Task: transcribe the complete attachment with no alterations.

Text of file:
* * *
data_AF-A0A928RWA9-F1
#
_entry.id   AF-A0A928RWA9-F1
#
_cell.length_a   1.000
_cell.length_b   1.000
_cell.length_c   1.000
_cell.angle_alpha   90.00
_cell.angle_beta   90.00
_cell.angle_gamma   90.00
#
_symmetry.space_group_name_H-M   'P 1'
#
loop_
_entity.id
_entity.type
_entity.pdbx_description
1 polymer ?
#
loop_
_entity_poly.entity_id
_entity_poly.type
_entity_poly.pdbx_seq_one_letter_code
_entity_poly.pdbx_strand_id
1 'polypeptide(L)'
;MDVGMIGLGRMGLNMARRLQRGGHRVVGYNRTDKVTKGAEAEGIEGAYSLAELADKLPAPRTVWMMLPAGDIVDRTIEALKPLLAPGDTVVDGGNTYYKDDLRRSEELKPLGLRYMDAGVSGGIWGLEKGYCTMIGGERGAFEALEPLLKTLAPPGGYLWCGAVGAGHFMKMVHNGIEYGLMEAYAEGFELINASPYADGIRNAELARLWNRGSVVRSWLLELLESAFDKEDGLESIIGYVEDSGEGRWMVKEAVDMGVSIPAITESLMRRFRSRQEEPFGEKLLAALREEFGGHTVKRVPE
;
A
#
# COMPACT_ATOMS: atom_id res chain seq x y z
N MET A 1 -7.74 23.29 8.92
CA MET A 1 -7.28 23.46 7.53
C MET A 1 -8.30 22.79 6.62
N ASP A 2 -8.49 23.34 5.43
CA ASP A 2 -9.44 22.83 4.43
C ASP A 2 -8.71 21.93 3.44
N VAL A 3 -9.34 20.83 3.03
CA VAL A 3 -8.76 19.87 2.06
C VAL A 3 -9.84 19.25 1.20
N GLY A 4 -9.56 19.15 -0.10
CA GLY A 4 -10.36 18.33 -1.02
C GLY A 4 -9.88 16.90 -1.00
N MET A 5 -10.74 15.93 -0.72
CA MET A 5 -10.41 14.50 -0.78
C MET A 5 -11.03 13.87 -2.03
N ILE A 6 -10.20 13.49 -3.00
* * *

data_AF-A0A928RWA9-F1
#
_entry.id   AF-A0A928RWA9-F1
#
_cell.length_a   1.000
_cell.length_b   1.000
_cell.length_c   1.000
_cell.angle_alpha   90.00
_cell.angle_beta   90.00
_cell.angle_gamma   90.00
#
_symmetry.space_group_name_H-M   'P 1'
#
loop_
_entity.id
_entity.type
_entity.pdbx_description
1 polymer ?
#
loop_
_entity_poly.entity_id
_entity_poly.type
_entity_poly.pdbx_seq_one_letter_code
_entity_poly.pdbx_strand_id
1 'polypeptide(L)'
;MDVGMIGLGRMGLNMARRLQRGGHRVVGYNRTDKVTKGAEAEGIEGAYSLAELADKLPAPRTVWMMLPAGDIVDRTIEALKPLLAPGDTVVDGGNTYYKDDLRRSEELKPLGLRYMDAGVSGGIWGLEKGYCTMIGGERGAFEALEPLLKTLAPPGGYLWCGAVGAGHFMKMVHNGIEYGLMEAYAEGFELINASPYADGIRNAELARLWNRGSVVRSWLLELLESAFDKEDGLESIIGYVEDSGEGRWMVKEAVDMGVSIPAITESLMRRFRSRQEEPFGEKLLAALREEFGGHTVKRVPE
;
A
#
# COMPACT_ATOMS: atom_id res chain seq x y z
N MET A 1 -7.74 23.29 8.92
CA MET A 1 -7.28 23.46 7.53
C MET A 1 -8.30 22.79 6.62
N ASP A 2 -8.49 23.34 5.43
CA ASP A 2 -9.44 22.83 4.43
C ASP A 2 -8.71 21.93 3.44
N VAL A 3 -9.34 20.83 3.03
CA VAL A 3 -8.76 19.87 2.06
C VAL A 3 -9.84 19.25 1.20
N GLY A 4 -9.56 19.15 -0.10
CA GLY A 4 -10.36 18.33 -1.02
C GLY A 4 -9.88 16.90 -1.00
N MET A 5 -10.74 15.93 -0.72
CA MET A 5 -10.41 14.50 -0.78
C MET A 5 -11.03 13.87 -2.03
N ILE A 6 -10.20 13.49 -3.00